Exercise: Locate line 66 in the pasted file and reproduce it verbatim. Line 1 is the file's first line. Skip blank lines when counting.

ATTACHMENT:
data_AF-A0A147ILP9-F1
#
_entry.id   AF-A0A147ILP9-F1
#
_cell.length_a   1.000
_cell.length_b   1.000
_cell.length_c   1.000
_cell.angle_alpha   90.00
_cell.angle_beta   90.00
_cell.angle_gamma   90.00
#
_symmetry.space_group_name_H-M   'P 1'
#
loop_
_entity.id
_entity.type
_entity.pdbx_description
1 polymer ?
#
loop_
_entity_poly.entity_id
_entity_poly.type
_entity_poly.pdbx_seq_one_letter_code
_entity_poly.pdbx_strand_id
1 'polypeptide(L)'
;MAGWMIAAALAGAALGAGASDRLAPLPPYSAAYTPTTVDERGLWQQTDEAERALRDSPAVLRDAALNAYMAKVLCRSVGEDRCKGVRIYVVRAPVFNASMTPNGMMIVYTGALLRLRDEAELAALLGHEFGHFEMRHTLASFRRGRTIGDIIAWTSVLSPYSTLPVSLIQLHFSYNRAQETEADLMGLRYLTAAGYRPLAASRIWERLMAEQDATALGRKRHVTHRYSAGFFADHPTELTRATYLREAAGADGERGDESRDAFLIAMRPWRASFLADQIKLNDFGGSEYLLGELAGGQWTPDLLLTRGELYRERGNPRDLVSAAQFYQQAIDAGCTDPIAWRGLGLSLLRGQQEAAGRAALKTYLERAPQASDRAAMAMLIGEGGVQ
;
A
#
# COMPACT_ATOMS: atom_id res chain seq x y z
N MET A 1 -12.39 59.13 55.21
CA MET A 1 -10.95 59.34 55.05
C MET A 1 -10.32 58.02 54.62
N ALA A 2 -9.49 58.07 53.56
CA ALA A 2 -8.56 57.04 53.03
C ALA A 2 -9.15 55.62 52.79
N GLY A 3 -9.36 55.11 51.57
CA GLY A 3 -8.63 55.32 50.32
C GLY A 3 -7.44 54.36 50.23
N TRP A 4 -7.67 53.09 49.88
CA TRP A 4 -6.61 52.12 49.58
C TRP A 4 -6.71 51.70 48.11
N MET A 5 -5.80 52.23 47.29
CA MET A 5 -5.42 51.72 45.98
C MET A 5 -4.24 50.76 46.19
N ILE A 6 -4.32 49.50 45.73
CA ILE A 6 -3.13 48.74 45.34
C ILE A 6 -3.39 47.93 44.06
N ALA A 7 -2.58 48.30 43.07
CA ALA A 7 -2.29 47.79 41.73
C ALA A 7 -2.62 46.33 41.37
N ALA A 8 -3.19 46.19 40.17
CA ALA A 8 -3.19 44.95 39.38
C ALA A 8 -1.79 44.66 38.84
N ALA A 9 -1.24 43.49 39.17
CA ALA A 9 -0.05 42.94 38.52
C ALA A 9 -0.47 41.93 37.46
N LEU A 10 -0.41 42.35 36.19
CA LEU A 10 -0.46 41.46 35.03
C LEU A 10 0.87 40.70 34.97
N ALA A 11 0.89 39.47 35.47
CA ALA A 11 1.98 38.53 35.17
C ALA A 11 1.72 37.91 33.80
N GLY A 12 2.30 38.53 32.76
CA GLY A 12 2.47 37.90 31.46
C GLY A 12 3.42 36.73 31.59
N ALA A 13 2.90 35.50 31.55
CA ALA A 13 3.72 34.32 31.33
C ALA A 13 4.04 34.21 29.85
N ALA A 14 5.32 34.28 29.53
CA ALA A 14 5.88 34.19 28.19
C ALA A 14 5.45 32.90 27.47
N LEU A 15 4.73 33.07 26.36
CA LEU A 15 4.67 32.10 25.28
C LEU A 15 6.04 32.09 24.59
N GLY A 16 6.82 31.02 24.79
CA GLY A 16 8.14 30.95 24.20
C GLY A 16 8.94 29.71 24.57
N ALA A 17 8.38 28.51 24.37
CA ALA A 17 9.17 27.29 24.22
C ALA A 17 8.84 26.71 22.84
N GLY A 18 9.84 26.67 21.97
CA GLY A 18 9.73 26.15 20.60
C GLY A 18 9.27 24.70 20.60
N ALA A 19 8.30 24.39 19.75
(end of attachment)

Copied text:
C GLY A 12 3.42 36.73 31.59